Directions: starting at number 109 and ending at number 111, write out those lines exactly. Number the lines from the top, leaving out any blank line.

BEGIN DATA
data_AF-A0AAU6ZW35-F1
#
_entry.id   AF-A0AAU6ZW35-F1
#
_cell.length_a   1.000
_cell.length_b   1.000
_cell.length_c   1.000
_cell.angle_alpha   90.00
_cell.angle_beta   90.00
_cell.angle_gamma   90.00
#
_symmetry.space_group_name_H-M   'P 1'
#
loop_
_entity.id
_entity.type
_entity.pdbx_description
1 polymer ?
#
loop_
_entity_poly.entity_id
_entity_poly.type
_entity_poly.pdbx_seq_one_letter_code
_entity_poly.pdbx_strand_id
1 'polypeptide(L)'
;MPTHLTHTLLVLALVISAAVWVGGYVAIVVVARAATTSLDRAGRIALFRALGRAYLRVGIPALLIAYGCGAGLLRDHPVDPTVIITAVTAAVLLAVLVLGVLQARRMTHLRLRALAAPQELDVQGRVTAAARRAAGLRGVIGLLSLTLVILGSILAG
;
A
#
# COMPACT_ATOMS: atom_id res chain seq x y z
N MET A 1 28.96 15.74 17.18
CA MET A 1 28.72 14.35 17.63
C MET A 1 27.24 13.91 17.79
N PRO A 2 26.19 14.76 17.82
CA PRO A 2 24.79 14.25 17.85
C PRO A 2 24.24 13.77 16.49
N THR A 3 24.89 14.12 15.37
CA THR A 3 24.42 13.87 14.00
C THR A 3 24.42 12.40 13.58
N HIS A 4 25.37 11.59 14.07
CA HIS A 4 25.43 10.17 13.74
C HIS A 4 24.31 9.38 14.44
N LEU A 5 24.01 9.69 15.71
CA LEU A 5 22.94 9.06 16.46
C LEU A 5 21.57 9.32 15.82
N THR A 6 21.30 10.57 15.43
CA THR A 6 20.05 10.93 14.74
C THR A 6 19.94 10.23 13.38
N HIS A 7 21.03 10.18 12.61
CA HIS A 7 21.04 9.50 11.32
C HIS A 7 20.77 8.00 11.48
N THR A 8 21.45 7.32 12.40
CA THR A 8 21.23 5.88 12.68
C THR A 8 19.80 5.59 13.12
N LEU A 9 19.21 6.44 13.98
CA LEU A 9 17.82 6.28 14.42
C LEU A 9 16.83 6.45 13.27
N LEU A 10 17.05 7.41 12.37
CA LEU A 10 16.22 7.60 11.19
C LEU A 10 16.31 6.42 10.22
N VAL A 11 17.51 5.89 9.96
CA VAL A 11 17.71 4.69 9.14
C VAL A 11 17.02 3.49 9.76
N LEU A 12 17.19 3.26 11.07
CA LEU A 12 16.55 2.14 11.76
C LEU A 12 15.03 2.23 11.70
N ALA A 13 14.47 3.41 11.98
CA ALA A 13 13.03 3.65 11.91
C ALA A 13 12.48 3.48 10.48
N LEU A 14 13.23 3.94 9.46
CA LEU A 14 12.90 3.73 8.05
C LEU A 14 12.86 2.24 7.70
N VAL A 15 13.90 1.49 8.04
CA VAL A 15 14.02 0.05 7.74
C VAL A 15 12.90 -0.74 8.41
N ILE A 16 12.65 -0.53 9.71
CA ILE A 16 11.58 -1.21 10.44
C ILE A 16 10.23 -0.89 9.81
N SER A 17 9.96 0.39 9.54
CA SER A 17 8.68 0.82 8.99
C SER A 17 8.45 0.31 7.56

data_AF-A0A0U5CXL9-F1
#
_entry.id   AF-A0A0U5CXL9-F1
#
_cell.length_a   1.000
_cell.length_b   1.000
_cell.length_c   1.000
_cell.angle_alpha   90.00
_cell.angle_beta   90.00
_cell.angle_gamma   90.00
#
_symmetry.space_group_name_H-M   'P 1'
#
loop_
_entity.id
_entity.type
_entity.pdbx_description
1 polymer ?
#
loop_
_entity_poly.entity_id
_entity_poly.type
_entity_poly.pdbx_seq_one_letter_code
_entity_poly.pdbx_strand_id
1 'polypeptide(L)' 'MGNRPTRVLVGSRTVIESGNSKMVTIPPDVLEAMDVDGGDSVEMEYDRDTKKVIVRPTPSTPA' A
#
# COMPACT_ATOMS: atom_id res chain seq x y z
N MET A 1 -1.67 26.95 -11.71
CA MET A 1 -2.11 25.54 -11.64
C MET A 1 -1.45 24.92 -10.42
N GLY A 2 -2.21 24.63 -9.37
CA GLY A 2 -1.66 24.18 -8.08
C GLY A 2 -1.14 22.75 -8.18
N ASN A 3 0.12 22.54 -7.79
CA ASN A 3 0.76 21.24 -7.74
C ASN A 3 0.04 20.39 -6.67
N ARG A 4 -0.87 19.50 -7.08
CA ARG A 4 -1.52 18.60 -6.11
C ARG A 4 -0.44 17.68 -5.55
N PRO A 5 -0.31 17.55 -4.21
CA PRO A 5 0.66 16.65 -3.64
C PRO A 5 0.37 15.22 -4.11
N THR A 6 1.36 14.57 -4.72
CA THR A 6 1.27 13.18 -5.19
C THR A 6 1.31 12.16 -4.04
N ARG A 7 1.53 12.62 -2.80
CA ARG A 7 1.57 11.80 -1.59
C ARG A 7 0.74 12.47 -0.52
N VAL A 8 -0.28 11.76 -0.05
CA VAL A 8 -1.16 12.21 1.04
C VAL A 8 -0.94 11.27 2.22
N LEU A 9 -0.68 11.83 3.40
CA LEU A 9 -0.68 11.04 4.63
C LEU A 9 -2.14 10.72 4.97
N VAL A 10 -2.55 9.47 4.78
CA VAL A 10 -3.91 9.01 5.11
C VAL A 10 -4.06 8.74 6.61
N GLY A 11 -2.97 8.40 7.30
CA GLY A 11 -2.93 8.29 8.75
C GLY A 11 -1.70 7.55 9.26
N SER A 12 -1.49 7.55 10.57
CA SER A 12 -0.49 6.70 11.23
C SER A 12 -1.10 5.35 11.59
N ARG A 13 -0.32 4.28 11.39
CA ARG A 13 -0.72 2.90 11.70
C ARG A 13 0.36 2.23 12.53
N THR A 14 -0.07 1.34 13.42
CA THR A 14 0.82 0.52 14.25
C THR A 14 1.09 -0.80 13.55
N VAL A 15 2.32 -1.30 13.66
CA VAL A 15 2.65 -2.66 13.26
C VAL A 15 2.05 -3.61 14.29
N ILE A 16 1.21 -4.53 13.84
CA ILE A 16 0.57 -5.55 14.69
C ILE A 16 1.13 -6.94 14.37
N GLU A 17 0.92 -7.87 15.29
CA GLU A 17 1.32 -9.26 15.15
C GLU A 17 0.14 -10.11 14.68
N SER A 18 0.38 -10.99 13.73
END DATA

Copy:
N MET A 1 -1.67 26.95 -11.71
CA MET A 1 -2.11 25.54 -11.64
C MET A 1 -1.45 24.92 -10.42